Visit Your Local PBS Station PBS Home PBS Home Programs A-Z TV Schedules Watch Video Donate Shop PBS Search PBS
SAF Archives  search ask the scientists in the classroom cool science
scientists from previous shows
cool careers in science
ask the scientists
SCIENTISTS FROM PREVIOUS SHOWS

Photo of Nick Campbell NICK CAMPBELL

Nick Campbell started his scientific career at Lancaster University where he was awarded a distinction in Computational Linguistics for his Master's degree after trying his hand (and his patience) at teaching English both in the UK and overseas (Japan and Kuwait). He went on to complete his Ph.D. research at the Department of Experimental Psychology at the University of Sussex, where his doctoral thesis concerned aspects of timing in speech.

He spent an enjoyable three years as a research fellow at the IBM UK Scientific Centre where he became seriously interested in applying prosodic knowledge to speech synthesis, and after a period as Senior Linguist at the Centre for Speech Technology Research at the University of Edinburgh in Scotland, he moved on to ATR in Japan where he is now Head of Department in charge of Speech Synthesis and Prosody Interpretation.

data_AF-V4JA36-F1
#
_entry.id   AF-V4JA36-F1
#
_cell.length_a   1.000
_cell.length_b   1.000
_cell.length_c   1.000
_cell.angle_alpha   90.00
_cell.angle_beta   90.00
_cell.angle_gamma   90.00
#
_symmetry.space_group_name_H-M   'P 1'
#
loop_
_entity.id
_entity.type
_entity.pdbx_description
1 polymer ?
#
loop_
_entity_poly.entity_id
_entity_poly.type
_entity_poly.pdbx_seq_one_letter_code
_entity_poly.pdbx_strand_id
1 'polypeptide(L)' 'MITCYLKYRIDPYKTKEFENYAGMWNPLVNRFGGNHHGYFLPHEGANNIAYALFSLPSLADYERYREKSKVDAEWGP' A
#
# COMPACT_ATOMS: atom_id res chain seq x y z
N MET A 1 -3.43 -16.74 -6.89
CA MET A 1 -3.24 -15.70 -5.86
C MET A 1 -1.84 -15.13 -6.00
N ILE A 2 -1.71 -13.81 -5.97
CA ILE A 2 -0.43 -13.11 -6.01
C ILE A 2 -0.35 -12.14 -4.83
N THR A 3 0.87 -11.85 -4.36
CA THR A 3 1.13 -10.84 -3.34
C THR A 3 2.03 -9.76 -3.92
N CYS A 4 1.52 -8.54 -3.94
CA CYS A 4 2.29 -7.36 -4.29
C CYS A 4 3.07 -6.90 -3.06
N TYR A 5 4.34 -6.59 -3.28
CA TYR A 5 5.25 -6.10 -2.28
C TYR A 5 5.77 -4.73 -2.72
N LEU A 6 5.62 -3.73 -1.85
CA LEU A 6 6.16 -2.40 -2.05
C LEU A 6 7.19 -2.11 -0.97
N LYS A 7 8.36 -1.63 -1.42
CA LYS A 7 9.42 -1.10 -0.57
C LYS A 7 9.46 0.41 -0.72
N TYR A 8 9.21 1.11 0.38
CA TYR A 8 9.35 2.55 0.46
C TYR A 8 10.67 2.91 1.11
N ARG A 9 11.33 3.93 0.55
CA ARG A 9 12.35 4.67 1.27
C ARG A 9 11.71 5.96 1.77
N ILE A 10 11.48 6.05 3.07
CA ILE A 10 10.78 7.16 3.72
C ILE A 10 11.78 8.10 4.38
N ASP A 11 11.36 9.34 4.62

The Advanced Telecommunications Research Institute is home to the Interpreting Telecommunications Research Laboratories where research into real-time speech translation by machine is taking place. His synthesis system, CHATR, is remarkable for being the only such system that does not make use of signal processing, except in the analysis stages. This breakthrough came from an understanding that fine variations in speech sounds can be explained as a consequence of the prosodic and segmental context in which they are found. This means that just by building an index into a large database of speech, his computer is able to retrieve an appropriate sequence of sounds for concatenation into a new speech signal.

His aim is to design a computer that can reproduce human speech on demand, so that he can develop his theories of speech timing by testing different voices and different speaking styles in a scientific way. He has come a long way towards this with the help of many visiting researchers and members of his lab, but as you can hear from the CHATR examples, there is still some way to go before this system can be completely mistaken for a human speaker.

Campbell is co-ordinator of the Speech Synthesis Working Group for COCOSDA, The International Committee for the Co-ordination and Standardisation of Speech Databases and Assessment Techniques for Speech Input/Output, and is currently organising the 3rd International Workshop on Speech Synthesis to be held in Australia in November this year.

© Copyright ATR Interpreting Telecommunications Research Labs 1998

See Nick's answers to Ask the Scientists questions.




 

Scientific American Frontiers
Fall 1990 to Spring 2000
Sponsored by GTE Corporation,
now a part of Verizon Communications Inc.